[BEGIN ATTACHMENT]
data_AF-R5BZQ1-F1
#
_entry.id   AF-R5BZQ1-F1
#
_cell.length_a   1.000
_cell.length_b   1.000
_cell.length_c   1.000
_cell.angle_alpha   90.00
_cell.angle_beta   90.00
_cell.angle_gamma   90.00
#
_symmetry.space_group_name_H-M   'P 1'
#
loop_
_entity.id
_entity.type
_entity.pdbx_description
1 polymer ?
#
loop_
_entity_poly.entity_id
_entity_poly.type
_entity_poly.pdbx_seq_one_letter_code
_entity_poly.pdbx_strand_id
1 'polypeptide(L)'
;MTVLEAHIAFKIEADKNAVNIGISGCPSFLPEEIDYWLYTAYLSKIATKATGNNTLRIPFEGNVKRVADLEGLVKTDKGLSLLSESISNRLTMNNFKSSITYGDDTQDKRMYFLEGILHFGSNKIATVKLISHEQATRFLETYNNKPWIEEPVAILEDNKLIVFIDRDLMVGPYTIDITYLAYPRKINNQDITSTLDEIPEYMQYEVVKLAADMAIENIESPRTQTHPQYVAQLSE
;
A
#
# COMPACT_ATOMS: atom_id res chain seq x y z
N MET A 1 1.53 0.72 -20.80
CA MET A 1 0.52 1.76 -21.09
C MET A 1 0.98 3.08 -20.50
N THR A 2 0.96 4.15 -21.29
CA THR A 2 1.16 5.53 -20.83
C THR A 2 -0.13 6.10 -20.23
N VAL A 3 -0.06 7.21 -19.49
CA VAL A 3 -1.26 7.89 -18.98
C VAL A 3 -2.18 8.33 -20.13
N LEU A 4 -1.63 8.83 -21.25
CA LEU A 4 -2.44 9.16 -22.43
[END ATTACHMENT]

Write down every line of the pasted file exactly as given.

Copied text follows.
data_AF-R5BZQ1-F1
#
_entry.id   AF-R5BZQ1-F1
#
_cell.length_a   1.000
_cell.length_b   1.000
_cell.length_c   1.000
_cell.angle_alpha   90.00
_cell.angle_beta   90.00
_cell.angle_gamma   90.00
#
_symmetry.space_group_name_H-M   'P 1'
#
loop_
_entity.id
_entity.type
_entity.pdbx_description
1 polymer ?
#
loop_
_entity_poly.entity_id
_entity_poly.type
_entity_poly.pdbx_seq_one_letter_code
_entity_poly.pdbx_strand_id
1 'polypeptide(L)'
;MTVLEAHIAFKIEADKNAVNIGISGCPSFLPEEIDYWLYTAYLSKIATKATGNNTLRIPFEGNVKRVADLEGLVKTDKGLSLLSESISNRLTMNNFKSSITYGDDTQDKRMYFLEGILHFGSNKIATVKLISHEQATRFLETYNNKPWIEEPVAILEDNKLIVFIDRDLMVGPYTIDITYLAYPRKINNQDITSTLDEIPEYMQYEVVKLAADMAIENIESPRTQTHPQYVAQLSE
;
A
#
# COMPACT_ATOMS: atom_id res chain seq x y z
N MET A 1 1.53 0.72 -20.80
CA MET A 1 0.52 1.76 -21.09
C MET A 1 0.98 3.08 -20.50
N THR A 2 0.96 4.15 -21.29
CA THR A 2 1.16 5.53 -20.83
C THR A 2 -0.13 6.10 -20.23
N VAL A 3 -0.06 7.21 -19.49
CA VAL A 3 -1.26 7.89 -18.98
C VAL A 3 -2.18 8.33 -20.13
N LEU A 4 -1.63 8.83 -21.25
CA LEU A 4 -2.44 9.16 -22.43